As we read the Bible, it is tempting to focus on the differences between the Old Testament and the New Testament. After all, the Old Testament is centered on God’s relationship with Israel; while the New Testament, particularly the epistles, largely deals with the church. But we must remind ourselves that the two testaments are part of the unified whole of Scripture, penned by a variety of human authors, yet inspired by the same God.
It should not surprise us, then, that throughout the Old Testament Scriptures, God shows Israel shadows of the Messiah. Whether it’s Melchizedek, the prophet-priest of Jerusalem, or Joshua, the man who takes Israel into the Promised Land, God gives the Jewish people glimpses of the coming Savior through the lives and ministries of some of the nation’s early leaders.
For Israel, though, no man in biblical history is so revered as Moses—and for good reason. He is often pictured as the great emancipator, a godly man whom God used to deliver the Israelites from Egyptian bondage. He is, if you will, the Abraham Lincoln of Jewish history. That’s a big deal!
As great as Moses was, though, God told him that another leader of Israel would come, one like Moses. “I will raise up for them a Prophet like you from among their brethren, and will put My words in His mouth, and He shall speak to them all that I command Him” (Deuteronomy 18:18).
Although many prophets succeeded Moses, no one was as great as he (34:10). No one, that is, until the Lord Jesus Christ.
Is it appropriate, though, to say that Jesus, the King of kings and Lord of lords, is like Moses? I believe that it is. There are a number of similarities between Moses and the Lord, demonstrating that Moses was a foreshadow of the Messiah.
Like Jesus, Moses was a Jewish man, born into a Gentile-ruled culture. The pharaoh who ruled Egypt at the time of Moses’ birth was a man who had not known Joseph and the good that came to the land through him and his people (Exodus 1:8). He, like the future Herod the Great, was a paranoid man who feared that the Israelites might cause him political and military harm (v. 9).
One of the ways Pharaoh sought to rid himself of this threat was to order the murder of Israel’s baby boys (vv. 15–16). Similarly, Herod the Great ordered the murder of all Jewish boys under 2 years old in Bethlehem following the visit of the magi (Matthew 2:16).
Moses’ and Jesus’ lives were also similar in that they were both royal. Moses, though the biological son of oppressed parents, was adopted into the royal family of Egypt (Exodus 2:10). The Lord Jesus, born of a virgin, is the Son of God, the King of all creation (Psalm 10:16).
The ministries of Moses and the Lord Jesus are also strikingly similar in a variety of ways.
Moses and Jesus are both mediators of God’s covenants with Israel.
Both Moses and the Messiah are sent by God (Exodus 3:10; Matthew 3:16–17). Both are described as Israel’s deliverers (Matthew 1:21; Acts 7:35). Both validated their ministries with miracles (Exodus 7—12; Luke 5:17–26). Both had ministries of intercession (Exodus 32:11–13, 30–32; Hebrews 7:25). And both led their people out of slavery (Exodus 12:51; Romans 6:5–6).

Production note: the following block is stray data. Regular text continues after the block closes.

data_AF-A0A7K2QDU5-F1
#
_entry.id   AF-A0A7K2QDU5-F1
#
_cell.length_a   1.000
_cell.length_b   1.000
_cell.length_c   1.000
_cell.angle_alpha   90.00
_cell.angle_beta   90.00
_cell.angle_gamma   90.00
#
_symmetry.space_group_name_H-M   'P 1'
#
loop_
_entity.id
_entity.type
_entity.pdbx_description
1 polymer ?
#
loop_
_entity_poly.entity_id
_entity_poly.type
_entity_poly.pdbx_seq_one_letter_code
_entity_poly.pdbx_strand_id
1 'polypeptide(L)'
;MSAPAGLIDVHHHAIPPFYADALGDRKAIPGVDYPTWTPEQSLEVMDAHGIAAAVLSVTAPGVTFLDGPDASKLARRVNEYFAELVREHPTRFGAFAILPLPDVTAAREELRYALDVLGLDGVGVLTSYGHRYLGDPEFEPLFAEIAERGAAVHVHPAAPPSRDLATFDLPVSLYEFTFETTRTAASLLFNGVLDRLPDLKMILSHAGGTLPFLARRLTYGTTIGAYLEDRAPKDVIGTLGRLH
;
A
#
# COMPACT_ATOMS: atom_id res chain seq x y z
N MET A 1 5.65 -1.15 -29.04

Furthermore, Moses and Jesus are both mediators of God’s covenants with Israel. In Moses’ case, he was the mediator of the Mosaic Covenant at Sinai (Exodus 24:7–8). Jesus is the Mediator of the New Covenant, which will be fulfilled with Israel upon their national conversion (Hebrews 9:15; Jeremiah 31:31–37; Romans 11:26–27).
One of their most significant similarities is Israel’s response to their leadership. When Moses first tried to help his people, “he supposed that his brethren would have understood that God would deliver them by his hand, but they did not understand” (Acts 7:25). But 40 years later, when Moses went back to his people, they accepted his leadership.
So, too, the Messiah was rejected by the nation at His First Advent. As Moses left Egypt for a time, He left Israel following the nation’s rejection of Him (Exodus 2:15; Matthew 23:37). But the Scriptures affirm that He will one day return, and at that time the nation will accept Him as Messiah and Lord (Zechariah 12:10; Matthew 23:37).
Additionally, the second advents of Moses and of the Messiah result in judgment on Israel’s enemies. In Moses’ case, it meant plagues, plundering, and the military defeat of the Egyptians (Exodus 7—12; 14:23–28). When the Lord returns, it will mean the destruction of Antichrist’s armies and judgment of those Gentiles who mistreated Israel during the Tribulation (Revelation 19:11–21; Matthew 25:31–33, 41–46).
The Ultimate Deliverer
It would have been an awe-inspiring experience to follow Moses as the Lord used him to lead the nation of Israel out of Egyptian bondage. The plagues, the parting of the sea, the destruction of a powerful army—what a spectacle!
As great as Moses is, though, we must remember that he was just a man, a foreshadow of the ultimate Deliverer who would come.
As great as Moses is, though, we must remember that he was just a man, a foreshadow of the ultimate Deliverer who would come. Believers in the Lord Jesus have seen even greater things than the Israelites did. We are those who have been delivered from the slavery of sin and who will one day return with Him to Earth.
When Jesus sets up His Kingdom, the entire world, Moses included, will say with the writer of Hebrews: Indeed, “this One has been counted worthy of more glory than Moses” (Hebrews 3:3).